Fit to work

Published: 20 Mar 2015

Companies should help their desk-based staff with discounted gym memberships and cycling schemes to keep them fit. That’s the opinion of both health professionals and some company managers who see their staff sitting at their desks for up to nine hours every day, moving only for tea and toilet breaks.

The health risks to desk-bound staff are becoming a health and safety issue, where even sitting doing nothing can be dangerous, the Protecting.co.uk business law consultancy says.

“People who don’t move from their desks all day might not know the risks their letting themselves in for,” said Protecting.co.uk spokesperson Mark Hall.

“A sedentary lifestyle can lead to all sorts of problems, not least through lack of fitness and the perils of deep vein thrombosis through long periods of inactivity.”

Working out after work

According to one doctor with years of experience in occupational health, an unhealthy lifestyle outside work, along with hours of relative inactivity at work could result in long-term health problems for staff, as well as sick leave headaches for businesses and organisation.

“Desk-bound staff sometimes need to be encouraged to leave their work stations,” she said.

“A culture of working through lunch breaks mean that tens of thousands of office workers never get further than the staff toilets during their working day.”

That’s a philosophy that’s been grasped by Alan Smith, a regional office manager at a leading banking business.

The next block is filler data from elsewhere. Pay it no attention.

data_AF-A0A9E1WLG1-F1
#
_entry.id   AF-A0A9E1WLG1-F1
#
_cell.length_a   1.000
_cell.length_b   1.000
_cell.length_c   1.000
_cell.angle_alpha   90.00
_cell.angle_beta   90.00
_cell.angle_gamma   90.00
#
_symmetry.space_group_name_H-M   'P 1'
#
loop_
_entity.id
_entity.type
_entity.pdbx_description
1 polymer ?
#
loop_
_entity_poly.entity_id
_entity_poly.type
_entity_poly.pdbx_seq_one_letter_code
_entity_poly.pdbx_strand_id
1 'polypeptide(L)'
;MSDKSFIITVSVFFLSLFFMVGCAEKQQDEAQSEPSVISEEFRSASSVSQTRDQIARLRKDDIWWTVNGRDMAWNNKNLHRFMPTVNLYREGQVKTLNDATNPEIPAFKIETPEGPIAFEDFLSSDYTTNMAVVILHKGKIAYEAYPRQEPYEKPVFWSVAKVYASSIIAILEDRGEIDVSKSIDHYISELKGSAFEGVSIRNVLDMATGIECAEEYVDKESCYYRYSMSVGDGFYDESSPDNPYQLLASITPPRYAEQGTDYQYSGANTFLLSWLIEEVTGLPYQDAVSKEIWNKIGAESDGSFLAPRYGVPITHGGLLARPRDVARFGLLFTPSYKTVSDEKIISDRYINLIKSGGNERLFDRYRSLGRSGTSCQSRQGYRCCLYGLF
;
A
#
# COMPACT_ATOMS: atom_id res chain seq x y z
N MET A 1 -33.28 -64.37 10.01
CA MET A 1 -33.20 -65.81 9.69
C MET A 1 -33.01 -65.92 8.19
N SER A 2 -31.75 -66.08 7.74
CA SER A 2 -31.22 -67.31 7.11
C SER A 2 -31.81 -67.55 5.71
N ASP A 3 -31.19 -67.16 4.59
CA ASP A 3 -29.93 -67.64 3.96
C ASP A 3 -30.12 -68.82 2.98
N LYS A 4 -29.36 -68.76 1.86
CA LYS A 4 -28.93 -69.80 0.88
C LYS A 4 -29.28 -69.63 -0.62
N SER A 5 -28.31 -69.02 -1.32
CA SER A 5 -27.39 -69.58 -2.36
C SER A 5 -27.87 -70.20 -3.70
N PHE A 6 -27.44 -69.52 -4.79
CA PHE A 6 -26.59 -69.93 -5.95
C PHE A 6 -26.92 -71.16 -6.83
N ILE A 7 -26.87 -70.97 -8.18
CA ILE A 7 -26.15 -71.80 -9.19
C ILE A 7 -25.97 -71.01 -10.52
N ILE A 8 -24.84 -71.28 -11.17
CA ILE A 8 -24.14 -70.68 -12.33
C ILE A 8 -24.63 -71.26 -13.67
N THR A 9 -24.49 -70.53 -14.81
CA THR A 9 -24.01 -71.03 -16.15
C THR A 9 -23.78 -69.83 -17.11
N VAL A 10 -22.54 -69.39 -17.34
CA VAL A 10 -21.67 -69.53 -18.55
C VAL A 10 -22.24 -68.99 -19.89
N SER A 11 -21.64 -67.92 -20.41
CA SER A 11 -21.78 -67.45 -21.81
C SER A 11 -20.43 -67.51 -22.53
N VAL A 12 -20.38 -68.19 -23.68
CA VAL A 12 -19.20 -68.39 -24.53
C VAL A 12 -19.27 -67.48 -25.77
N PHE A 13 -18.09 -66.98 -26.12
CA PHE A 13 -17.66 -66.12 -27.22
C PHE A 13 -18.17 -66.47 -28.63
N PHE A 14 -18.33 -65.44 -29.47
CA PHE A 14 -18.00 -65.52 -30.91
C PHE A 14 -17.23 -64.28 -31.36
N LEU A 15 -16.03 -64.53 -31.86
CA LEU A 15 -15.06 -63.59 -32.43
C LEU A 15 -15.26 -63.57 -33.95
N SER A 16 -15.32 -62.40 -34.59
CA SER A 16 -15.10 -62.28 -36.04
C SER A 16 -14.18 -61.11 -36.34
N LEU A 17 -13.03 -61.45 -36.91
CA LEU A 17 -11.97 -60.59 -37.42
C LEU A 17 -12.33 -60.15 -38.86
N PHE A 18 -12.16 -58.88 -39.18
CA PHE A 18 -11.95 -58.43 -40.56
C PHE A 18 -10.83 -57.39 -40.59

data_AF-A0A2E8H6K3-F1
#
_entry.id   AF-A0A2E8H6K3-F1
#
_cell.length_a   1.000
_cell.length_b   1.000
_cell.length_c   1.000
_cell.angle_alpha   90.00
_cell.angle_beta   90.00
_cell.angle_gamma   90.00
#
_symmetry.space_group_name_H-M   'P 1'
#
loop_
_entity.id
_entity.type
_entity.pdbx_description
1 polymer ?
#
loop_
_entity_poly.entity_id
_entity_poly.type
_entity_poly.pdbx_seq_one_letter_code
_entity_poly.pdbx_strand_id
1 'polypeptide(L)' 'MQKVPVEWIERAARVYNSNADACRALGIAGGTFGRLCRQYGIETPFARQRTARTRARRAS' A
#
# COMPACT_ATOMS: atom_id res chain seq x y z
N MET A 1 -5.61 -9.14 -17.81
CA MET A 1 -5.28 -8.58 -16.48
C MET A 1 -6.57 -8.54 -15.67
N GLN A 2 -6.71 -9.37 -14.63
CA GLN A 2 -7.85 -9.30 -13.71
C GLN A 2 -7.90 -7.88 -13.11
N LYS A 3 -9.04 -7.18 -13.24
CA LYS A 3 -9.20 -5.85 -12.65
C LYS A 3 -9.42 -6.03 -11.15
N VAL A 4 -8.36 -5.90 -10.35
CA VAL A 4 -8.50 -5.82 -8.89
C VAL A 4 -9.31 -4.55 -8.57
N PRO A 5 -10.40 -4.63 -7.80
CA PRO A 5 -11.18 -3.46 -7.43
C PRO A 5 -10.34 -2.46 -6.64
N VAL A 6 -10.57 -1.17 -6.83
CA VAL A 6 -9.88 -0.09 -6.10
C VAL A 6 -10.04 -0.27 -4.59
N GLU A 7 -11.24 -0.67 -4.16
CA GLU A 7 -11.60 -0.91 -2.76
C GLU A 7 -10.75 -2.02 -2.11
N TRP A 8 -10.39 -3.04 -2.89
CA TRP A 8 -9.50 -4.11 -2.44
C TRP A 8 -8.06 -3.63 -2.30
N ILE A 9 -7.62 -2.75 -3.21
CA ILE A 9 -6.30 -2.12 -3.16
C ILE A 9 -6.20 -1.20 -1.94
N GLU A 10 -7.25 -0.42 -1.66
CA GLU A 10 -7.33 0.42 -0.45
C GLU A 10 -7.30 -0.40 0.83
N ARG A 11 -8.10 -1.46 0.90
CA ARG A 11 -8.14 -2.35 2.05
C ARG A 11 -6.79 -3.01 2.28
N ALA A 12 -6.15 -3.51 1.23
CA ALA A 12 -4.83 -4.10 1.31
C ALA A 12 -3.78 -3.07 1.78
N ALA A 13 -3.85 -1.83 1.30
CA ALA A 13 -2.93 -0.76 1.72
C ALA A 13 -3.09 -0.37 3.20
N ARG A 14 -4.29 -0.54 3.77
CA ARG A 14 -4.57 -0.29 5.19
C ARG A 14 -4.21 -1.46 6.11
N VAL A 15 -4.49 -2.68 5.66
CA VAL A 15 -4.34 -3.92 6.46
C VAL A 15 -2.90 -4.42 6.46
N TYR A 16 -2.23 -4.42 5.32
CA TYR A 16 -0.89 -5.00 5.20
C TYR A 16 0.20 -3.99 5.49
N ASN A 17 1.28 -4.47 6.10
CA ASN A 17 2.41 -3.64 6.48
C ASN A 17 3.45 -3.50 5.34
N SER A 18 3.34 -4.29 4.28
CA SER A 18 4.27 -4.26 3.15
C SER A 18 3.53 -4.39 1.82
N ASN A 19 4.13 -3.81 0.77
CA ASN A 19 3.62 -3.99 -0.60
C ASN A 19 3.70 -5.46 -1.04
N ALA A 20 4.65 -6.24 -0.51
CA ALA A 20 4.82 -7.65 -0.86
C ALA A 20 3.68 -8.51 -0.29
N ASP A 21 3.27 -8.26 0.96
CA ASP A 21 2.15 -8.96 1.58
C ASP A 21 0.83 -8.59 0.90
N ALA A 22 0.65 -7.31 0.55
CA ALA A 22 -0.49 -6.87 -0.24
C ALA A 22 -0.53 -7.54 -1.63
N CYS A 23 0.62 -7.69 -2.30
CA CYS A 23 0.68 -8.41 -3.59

“I insist that staff at least go for a walk during their lunch break. It’s not an office rule, but I will virtually turf out anybody who starts making a habit of staying at their desks all day.”

Smith says that his unofficial policy means happier, more alert staff in the afternoon, as well as reducing sick leave thanks to workers being more active and healthy.

“I also encourage people to join a gym, and we’re very forgiving if they’re more than an hour away from their desks because they’re working out,” Smith says. “We’re also looking into ways of getting a hefty staff discount, we see it as our responsibility to help our people, even if it costs us.”

In fact, Protecting.co.uk reports that at least one large UK-based corporation that has installed good quality gym on its Berkshire premises for an investment of a few thousand pounds, and charges staff £40 to use it. That’s not per month – it’s per year.

If companies are serious about helping desk staff get healthy they should consider:
• Encouraging workers who drive to park away from work and walk the rest of the way
• Lunch-break activities such as yoga and pilates
• Join a cycle-to-work scheme, where staff are offered bikes tax-free and paid in instalments
• Negotiate discounts for gym memberships

Typical is ‘Annette’ who works for a law firm, who says she put on a stone a year after taking an office job: “It made me unhappy, not least because of all the fast food places yards from our office – there’s nothing else to do round here.”

Six months after taking advantage of a work-sponsored cycle-to-work discount scheme, she says the weight is falling off and she’s more confident in her job than she has been for years.

“OK, I’m a fair-weather cyclist, and I bring the car when it rains, but I’m all the healthier for it.”

Protecting.co.uk’s Mark Hall says companies that pay for healthy activities for their staff should see it as a long-term investment rather than an immediate cost.

“In the medium to long term, you’re going to see fitter and happier office staff. Not only that, they’ll be motivated into coming to work, with the financial bonus of lower sick pay costs. Think of it as an extension of your existing Health and Safety policy.”

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